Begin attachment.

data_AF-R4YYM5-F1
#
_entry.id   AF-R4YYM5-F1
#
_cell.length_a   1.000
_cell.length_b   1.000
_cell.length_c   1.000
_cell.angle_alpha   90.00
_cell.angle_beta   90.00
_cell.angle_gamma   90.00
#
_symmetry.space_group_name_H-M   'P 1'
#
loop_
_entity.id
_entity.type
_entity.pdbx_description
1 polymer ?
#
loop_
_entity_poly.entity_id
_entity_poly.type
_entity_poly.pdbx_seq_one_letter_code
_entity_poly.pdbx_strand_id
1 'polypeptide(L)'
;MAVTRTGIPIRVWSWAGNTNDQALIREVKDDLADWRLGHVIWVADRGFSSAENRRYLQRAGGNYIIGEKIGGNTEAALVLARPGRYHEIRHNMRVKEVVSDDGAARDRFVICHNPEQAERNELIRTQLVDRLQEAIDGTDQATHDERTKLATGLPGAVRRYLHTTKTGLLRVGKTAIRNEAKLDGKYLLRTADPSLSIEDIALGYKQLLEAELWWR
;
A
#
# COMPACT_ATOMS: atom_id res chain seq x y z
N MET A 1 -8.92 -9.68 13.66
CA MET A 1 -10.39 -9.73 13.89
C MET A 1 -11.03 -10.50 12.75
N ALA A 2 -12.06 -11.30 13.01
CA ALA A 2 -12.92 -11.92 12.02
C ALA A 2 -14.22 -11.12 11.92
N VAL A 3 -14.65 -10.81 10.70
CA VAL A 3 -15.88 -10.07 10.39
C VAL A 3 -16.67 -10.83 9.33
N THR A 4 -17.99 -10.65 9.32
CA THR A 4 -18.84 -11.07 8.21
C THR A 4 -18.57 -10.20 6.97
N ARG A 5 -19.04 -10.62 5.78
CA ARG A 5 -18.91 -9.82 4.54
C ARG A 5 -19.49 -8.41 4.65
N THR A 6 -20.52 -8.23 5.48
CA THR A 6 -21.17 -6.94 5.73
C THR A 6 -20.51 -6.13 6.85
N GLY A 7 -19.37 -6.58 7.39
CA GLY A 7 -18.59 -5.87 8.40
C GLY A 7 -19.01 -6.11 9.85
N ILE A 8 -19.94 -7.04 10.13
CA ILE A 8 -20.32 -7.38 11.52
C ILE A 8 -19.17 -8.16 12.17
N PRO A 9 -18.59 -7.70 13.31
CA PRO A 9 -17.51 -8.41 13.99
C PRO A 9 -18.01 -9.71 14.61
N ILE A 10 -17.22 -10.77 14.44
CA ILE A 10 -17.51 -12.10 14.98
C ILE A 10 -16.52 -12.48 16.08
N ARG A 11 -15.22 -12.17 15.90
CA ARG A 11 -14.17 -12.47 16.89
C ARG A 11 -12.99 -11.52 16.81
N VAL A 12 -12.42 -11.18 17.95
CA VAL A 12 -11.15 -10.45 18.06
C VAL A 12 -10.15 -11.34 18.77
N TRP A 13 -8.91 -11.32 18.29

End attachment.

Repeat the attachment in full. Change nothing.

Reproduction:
data_AF-R4YYM5-F1
#
_entry.id   AF-R4YYM5-F1
#
_cell.length_a   1.000
_cell.length_b   1.000
_cell.length_c   1.000
_cell.angle_alpha   90.00
_cell.angle_beta   90.00
_cell.angle_gamma   90.00
#
_symmetry.space_group_name_H-M   'P 1'
#
loop_
_entity.id
_entity.type
_entity.pdbx_description
1 polymer ?
#
loop_
_entity_poly.entity_id
_entity_poly.type
_entity_poly.pdbx_seq_one_letter_code
_entity_poly.pdbx_strand_id
1 'polypeptide(L)'
;MAVTRTGIPIRVWSWAGNTNDQALIREVKDDLADWRLGHVIWVADRGFSSAENRRYLQRAGGNYIIGEKIGGNTEAALVLARPGRYHEIRHNMRVKEVVSDDGAARDRFVICHNPEQAERNELIRTQLVDRLQEAIDGTDQATHDERTKLATGLPGAVRRYLHTTKTGLLRVGKTAIRNEAKLDGKYLLRTADPSLSIEDIALGYKQLLEAELWWR
;
A
#
# COMPACT_ATOMS: atom_id res chain seq x y z
N MET A 1 -8.92 -9.68 13.66
CA MET A 1 -10.39 -9.73 13.89
C MET A 1 -11.03 -10.50 12.75
N ALA A 2 -12.06 -11.30 13.01
CA ALA A 2 -12.92 -11.92 12.02
C ALA A 2 -14.22 -11.12 11.92
N VAL A 3 -14.65 -10.81 10.70
CA VAL A 3 -15.88 -10.07 10.39
C VAL A 3 -16.67 -10.83 9.33
N THR A 4 -17.99 -10.65 9.32
CA THR A 4 -18.84 -11.07 8.21
C THR A 4 -18.57 -10.20 6.97
N ARG A 5 -19.04 -10.62 5.78
CA ARG A 5 -18.91 -9.82 4.54
C ARG A 5 -19.49 -8.41 4.65
N THR A 6 -20.52 -8.23 5.48
CA THR A 6 -21.17 -6.94 5.73
C THR A 6 -20.51 -6.13 6.85
N GLY A 7 -19.37 -6.58 7.39
CA GLY A 7 -18.59 -5.87 8.40
C GLY A 7 -19.01 -6.11 9.85
N ILE A 8 -19.94 -7.04 10.13
CA ILE A 8 -20.32 -7.38 11.52
C ILE A 8 -19.17 -8.16 12.17
N PRO A 9 -18.59 -7.70 13.31
CA PRO A 9 -17.51 -8.41 13.99
C PRO A 9 -18.01 -9.71 14.61
N ILE A 10 -17.22 -10.77 14.44
CA ILE A 10 -17.51 -12.10 14.98
C ILE A 10 -16.52 -12.48 16.08
N ARG A 11 -15.22 -12.17 15.90
CA ARG A 11 -14.17 -12.47 16.89
C ARG A 11 -12.99 -11.52 16.81
N VAL A 12 -12.42 -11.18 17.95
CA VAL A 12 -11.15 -10.45 18.06
C VAL A 12 -10.15 -11.34 18.77
N TRP A 13 -8.91 -11.32 18.29